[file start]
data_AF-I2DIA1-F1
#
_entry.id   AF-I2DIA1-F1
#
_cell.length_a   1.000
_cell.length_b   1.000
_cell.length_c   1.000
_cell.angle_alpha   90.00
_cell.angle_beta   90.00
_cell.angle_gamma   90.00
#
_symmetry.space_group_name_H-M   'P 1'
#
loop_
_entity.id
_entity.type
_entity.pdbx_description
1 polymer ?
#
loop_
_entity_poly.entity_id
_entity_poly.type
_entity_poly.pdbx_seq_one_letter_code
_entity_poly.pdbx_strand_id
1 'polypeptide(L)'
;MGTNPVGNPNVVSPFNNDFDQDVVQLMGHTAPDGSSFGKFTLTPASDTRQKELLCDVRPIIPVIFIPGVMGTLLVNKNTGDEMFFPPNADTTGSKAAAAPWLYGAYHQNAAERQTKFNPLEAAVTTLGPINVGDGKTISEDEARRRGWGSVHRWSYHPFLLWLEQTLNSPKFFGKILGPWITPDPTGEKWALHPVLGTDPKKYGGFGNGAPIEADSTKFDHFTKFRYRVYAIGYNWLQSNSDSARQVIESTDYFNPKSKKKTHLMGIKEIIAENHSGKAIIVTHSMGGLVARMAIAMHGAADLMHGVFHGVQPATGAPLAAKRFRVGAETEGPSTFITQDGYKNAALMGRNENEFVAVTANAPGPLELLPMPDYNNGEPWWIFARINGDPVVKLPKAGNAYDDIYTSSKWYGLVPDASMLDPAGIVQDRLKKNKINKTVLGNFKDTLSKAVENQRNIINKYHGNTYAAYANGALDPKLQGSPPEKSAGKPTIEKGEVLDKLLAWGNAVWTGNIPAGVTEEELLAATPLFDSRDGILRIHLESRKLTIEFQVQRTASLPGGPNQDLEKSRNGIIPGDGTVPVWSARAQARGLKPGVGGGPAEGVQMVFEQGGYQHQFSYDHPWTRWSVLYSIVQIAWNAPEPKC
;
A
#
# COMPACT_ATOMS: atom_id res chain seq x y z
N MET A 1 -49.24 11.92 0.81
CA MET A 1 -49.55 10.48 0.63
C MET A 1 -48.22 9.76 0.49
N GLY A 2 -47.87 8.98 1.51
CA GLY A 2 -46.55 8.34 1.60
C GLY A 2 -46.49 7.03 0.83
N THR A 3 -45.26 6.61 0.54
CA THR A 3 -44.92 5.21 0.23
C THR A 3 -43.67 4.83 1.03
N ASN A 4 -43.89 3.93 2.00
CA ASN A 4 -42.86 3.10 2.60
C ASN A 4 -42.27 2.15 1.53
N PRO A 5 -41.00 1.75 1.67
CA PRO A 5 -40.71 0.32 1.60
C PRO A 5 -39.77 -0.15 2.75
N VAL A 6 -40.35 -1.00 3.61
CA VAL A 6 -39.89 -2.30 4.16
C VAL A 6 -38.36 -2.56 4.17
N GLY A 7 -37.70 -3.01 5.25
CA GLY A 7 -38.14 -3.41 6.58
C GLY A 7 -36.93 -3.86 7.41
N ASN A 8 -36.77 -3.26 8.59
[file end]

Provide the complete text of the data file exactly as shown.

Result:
data_AF-I2DIA1-F1
#
_entry.id   AF-I2DIA1-F1
#
_cell.length_a   1.000
_cell.length_b   1.000
_cell.length_c   1.000
_cell.angle_alpha   90.00
_cell.angle_beta   90.00
_cell.angle_gamma   90.00
#
_symmetry.space_group_name_H-M   'P 1'
#
loop_
_entity.id
_entity.type
_entity.pdbx_description
1 polymer ?
#
loop_
_entity_poly.entity_id
_entity_poly.type
_entity_poly.pdbx_seq_one_letter_code
_entity_poly.pdbx_strand_id
1 'polypeptide(L)'
;MGTNPVGNPNVVSPFNNDFDQDVVQLMGHTAPDGSSFGKFTLTPASDTRQKELLCDVRPIIPVIFIPGVMGTLLVNKNTGDEMFFPPNADTTGSKAAAAPWLYGAYHQNAAERQTKFNPLEAAVTTLGPINVGDGKTISEDEARRRGWGSVHRWSYHPFLLWLEQTLNSPKFFGKILGPWITPDPTGEKWALHPVLGTDPKKYGGFGNGAPIEADSTKFDHFTKFRYRVYAIGYNWLQSNSDSARQVIESTDYFNPKSKKKTHLMGIKEIIAENHSGKAIIVTHSMGGLVARMAIAMHGAADLMHGVFHGVQPATGAPLAAKRFRVGAETEGPSTFITQDGYKNAALMGRNENEFVAVTANAPGPLELLPMPDYNNGEPWWIFARINGDPVVKLPKAGNAYDDIYTSSKWYGLVPDASMLDPAGIVQDRLKKNKINKTVLGNFKDTLSKAVENQRNIINKYHGNTYAAYANGALDPKLQGSPPEKSAGKPTIEKGEVLDKLLAWGNAVWTGNIPAGVTEEELLAATPLFDSRDGILRIHLESRKLTIEFQVQRTASLPGGPNQDLEKSRNGIIPGDGTVPVWSARAQARGLKPGVGGGPAEGVQMVFEQGGYQHQFSYDHPWTRWSVLYSIVQIAWNAPEPKC
;
A
#
# COMPACT_ATOMS: atom_id res chain seq x y z
N MET A 1 -49.24 11.92 0.81
CA MET A 1 -49.55 10.48 0.63
C MET A 1 -48.22 9.76 0.49
N GLY A 2 -47.87 8.98 1.51
CA GLY A 2 -46.55 8.34 1.60
C GLY A 2 -46.49 7.03 0.83
N THR A 3 -45.26 6.61 0.54
CA THR A 3 -44.92 5.21 0.23
C THR A 3 -43.67 4.83 1.03
N ASN A 4 -43.89 3.93 2.00
CA ASN A 4 -42.86 3.10 2.60
C ASN A 4 -42.27 2.15 1.53
N PRO A 5 -41.00 1.75 1.67
CA PRO A 5 -40.71 0.32 1.60
C PRO A 5 -39.77 -0.15 2.75
N VAL A 6 -40.35 -1.00 3.61
CA VAL A 6 -39.89 -2.30 4.16
C VAL A 6 -38.36 -2.56 4.17
N GLY A 7 -37.70 -3.01 5.25
CA GLY A 7 -38.14 -3.41 6.58
C GLY A 7 -36.93 -3.86 7.41
N ASN A 8 -36.77 -3.26 8.59